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The place was built in the late 50's-early 60's, tabbed roofing nails 6 on perimeter, 12 in the field. Came off of there like a ripe banana peel.
 

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OK.

1. Pitch is not what is used to glue the roof down. It is the waterproofing component in a coal tar built-up roof, with felt being the reinforcment.

2. We will nail a base over a wood deck for a couple of reasons....A.like Grumpy said....B. so that you do not mop directly to the wood deck, making future removal next to impossible without removing said deck

3. Button cap nails are not for use in hot applications (liquid or torch). That is if you're talking plasticcaps. Steel caps are good

4. The gravel ballast is a ballast, mainly, but does do some UV reflecting. 400 pounds per square to hold the roof down

5. Built ups may or may not be on the way out. Jacklegs with no safety program in place are the main culprit, as it is dangerous stuff to work with, and many accidents have raised insurance premiums for this type of work.

6. BUR is one of the toughest roofs you can buy...the overlapping plies and sheer thickness makes it a good choice if you can find the right applicator.

7. You should never need tar paper in a built up roof, unless it is used as the slip sheet or to contain the hot.

8. Anyone that doesnt want to tear it off just doesnt want to. It is hard work, and Americans do not want to work hard anymore. Tear off will usually add 50% to a re-roof bid (if it isnt outrageously thick) which will result in 1/3 of the final figure.

I am starting a ten roof tar and gravel project this week. About two hundred squares total.
 

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Grumpy said:
BUR is going the way of the dino (LOL it's actually made from Dino, so that's a funny joke). There are so many new systems that asphalt is losing market share every year. Asphalt based systems are still dominant in the low slope market though, but slipping.
I grew up with the kettle smoking away at night in the driveway. I will admit, it doesn't smoke as much as it used to. For smaller low slope jobs, I've gone almost exclusively with self adhered mineral surface. Its clean, and you don't have to use slop sheets, granules, the kettle, mop carts,a bunch of grunts,... well, you get my gist.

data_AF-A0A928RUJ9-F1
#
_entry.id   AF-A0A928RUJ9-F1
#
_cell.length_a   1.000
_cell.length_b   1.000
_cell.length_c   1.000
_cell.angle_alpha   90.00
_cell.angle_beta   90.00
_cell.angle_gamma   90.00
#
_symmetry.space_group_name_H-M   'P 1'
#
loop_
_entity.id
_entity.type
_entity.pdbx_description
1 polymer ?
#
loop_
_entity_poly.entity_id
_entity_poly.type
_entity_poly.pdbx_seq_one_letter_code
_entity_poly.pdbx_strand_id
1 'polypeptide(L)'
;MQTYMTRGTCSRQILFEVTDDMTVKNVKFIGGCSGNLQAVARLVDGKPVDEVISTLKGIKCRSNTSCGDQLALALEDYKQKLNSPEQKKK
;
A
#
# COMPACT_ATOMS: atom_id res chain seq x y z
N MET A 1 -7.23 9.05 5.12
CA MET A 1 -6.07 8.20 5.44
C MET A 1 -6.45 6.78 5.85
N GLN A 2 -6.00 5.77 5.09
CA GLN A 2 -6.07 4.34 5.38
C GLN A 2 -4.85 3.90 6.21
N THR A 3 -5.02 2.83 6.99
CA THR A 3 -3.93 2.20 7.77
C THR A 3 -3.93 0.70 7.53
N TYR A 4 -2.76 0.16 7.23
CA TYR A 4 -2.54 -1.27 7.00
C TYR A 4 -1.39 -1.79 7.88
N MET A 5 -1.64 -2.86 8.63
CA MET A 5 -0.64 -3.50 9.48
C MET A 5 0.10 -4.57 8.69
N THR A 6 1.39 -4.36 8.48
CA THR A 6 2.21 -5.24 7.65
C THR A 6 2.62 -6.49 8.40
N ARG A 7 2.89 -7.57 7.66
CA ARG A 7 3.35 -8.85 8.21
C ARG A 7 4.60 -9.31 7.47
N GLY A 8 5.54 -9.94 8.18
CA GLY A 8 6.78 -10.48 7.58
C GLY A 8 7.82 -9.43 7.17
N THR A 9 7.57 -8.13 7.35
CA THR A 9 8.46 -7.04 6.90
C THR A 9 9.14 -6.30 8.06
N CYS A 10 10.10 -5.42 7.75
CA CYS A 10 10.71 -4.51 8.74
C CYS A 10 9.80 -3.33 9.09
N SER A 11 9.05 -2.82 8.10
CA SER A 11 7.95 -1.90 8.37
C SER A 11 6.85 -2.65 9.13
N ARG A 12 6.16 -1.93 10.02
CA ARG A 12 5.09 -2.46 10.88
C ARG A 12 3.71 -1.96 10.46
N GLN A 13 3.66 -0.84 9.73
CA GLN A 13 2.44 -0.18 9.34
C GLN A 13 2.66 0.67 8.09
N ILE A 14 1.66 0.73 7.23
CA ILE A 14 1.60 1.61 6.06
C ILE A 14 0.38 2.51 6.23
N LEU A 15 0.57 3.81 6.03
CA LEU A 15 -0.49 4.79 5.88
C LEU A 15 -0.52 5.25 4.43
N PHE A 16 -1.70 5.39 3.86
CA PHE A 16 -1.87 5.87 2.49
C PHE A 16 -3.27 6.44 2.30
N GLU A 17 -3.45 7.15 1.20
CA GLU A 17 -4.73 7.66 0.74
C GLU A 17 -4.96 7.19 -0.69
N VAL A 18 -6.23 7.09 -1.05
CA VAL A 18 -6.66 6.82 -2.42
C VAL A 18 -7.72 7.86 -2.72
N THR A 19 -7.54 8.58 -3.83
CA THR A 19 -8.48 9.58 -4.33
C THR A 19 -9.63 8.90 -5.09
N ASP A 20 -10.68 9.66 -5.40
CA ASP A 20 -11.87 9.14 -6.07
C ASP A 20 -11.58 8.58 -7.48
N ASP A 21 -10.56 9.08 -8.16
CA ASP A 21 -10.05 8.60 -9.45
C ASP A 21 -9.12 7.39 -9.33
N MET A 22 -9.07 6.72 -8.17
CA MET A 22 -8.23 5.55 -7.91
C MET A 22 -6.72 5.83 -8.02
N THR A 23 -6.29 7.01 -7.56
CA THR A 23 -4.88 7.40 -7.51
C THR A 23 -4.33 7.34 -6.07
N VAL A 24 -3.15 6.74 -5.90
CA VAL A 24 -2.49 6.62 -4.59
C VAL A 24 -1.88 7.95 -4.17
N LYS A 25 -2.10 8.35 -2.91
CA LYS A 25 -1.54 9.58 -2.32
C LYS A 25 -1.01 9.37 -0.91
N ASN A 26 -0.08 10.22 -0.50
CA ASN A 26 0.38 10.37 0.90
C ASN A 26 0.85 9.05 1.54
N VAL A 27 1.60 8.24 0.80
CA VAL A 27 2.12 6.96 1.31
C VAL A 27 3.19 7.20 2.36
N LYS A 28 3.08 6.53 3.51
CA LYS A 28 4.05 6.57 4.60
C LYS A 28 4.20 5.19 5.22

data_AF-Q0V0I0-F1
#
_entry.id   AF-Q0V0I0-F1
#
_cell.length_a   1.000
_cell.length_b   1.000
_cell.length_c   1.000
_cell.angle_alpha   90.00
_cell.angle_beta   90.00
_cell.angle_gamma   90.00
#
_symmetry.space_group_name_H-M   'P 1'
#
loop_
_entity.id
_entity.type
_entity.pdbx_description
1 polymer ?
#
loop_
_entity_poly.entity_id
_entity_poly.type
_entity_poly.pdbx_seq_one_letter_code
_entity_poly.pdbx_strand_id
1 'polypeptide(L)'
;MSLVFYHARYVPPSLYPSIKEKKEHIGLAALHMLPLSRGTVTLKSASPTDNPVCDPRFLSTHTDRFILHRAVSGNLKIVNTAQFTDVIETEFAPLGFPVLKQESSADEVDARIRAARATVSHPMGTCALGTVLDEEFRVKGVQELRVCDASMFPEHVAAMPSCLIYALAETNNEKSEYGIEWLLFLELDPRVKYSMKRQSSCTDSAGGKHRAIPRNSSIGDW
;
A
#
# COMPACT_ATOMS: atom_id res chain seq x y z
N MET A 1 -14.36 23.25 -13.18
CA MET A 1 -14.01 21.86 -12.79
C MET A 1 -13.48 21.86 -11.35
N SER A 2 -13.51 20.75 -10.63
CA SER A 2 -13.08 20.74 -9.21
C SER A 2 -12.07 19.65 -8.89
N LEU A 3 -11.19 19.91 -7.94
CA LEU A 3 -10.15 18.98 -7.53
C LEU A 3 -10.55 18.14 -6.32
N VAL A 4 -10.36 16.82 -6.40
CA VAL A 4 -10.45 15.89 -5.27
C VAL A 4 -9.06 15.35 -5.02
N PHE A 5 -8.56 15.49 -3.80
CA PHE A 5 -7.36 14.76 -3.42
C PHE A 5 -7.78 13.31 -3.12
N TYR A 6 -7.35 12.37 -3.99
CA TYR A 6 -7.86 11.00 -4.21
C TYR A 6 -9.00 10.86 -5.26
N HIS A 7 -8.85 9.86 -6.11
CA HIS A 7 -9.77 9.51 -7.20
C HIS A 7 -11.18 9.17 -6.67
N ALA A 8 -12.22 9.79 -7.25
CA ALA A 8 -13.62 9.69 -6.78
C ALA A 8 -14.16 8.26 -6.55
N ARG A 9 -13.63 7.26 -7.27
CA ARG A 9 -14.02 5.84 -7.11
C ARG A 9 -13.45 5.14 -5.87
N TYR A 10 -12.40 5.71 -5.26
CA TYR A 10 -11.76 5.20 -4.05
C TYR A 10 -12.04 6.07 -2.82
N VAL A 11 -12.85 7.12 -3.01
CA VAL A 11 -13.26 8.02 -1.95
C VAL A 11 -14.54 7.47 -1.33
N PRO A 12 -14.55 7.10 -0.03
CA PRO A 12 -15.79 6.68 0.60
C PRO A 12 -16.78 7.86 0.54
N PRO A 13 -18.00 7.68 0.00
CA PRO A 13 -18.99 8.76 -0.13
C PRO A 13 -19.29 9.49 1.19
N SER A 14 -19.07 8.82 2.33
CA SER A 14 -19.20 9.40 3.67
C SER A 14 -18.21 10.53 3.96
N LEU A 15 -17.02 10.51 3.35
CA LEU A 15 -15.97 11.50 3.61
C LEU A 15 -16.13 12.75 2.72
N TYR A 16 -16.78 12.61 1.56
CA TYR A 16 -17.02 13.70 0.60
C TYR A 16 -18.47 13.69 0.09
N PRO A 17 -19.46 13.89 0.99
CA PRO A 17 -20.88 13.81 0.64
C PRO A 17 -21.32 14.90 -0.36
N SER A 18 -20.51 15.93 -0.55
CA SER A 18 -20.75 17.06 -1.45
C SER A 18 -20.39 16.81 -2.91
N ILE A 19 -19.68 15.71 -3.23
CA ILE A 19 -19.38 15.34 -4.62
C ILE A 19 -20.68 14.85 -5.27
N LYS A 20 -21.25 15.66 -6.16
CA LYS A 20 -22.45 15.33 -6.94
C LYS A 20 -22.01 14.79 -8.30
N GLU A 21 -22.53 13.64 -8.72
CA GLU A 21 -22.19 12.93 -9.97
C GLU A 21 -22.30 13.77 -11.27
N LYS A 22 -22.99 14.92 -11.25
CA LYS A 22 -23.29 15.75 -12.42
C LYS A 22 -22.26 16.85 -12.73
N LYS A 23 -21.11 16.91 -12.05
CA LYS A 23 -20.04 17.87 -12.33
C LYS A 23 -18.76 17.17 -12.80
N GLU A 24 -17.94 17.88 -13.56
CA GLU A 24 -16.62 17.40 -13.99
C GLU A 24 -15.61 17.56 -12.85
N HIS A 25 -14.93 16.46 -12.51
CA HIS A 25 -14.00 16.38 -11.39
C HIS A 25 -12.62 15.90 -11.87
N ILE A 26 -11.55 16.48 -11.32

Best regards
 

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Does it stay put at 200 MPH? That's my new criteria although a really good one can top 240.
 

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Doofus, the flat roof on my florida room was done the old way and survived 157 MPH. I'm beginning to question if you can meet their quality with more modern materials and techniques. I provide statistics and you reply with flippant answers, you are low on the credibility poll.
 

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I think he was being funny, Teetor. I do not know that anyone would guarantee those speeds, Teetor. MAybe with a double gravel coat, but still marginal.
 

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The older that I get, the more that I realise that progress does not mean moving forward.
This place was built on a barrier island in 1876 and suffered less damage than my house that is 2 miles inland. The storms also trashed modern multi-million dollar homes.
See the old place here http://iml.jou.ufl.edu/projects/Fall03/Stanton/refuge.html
Note that the roof is still on.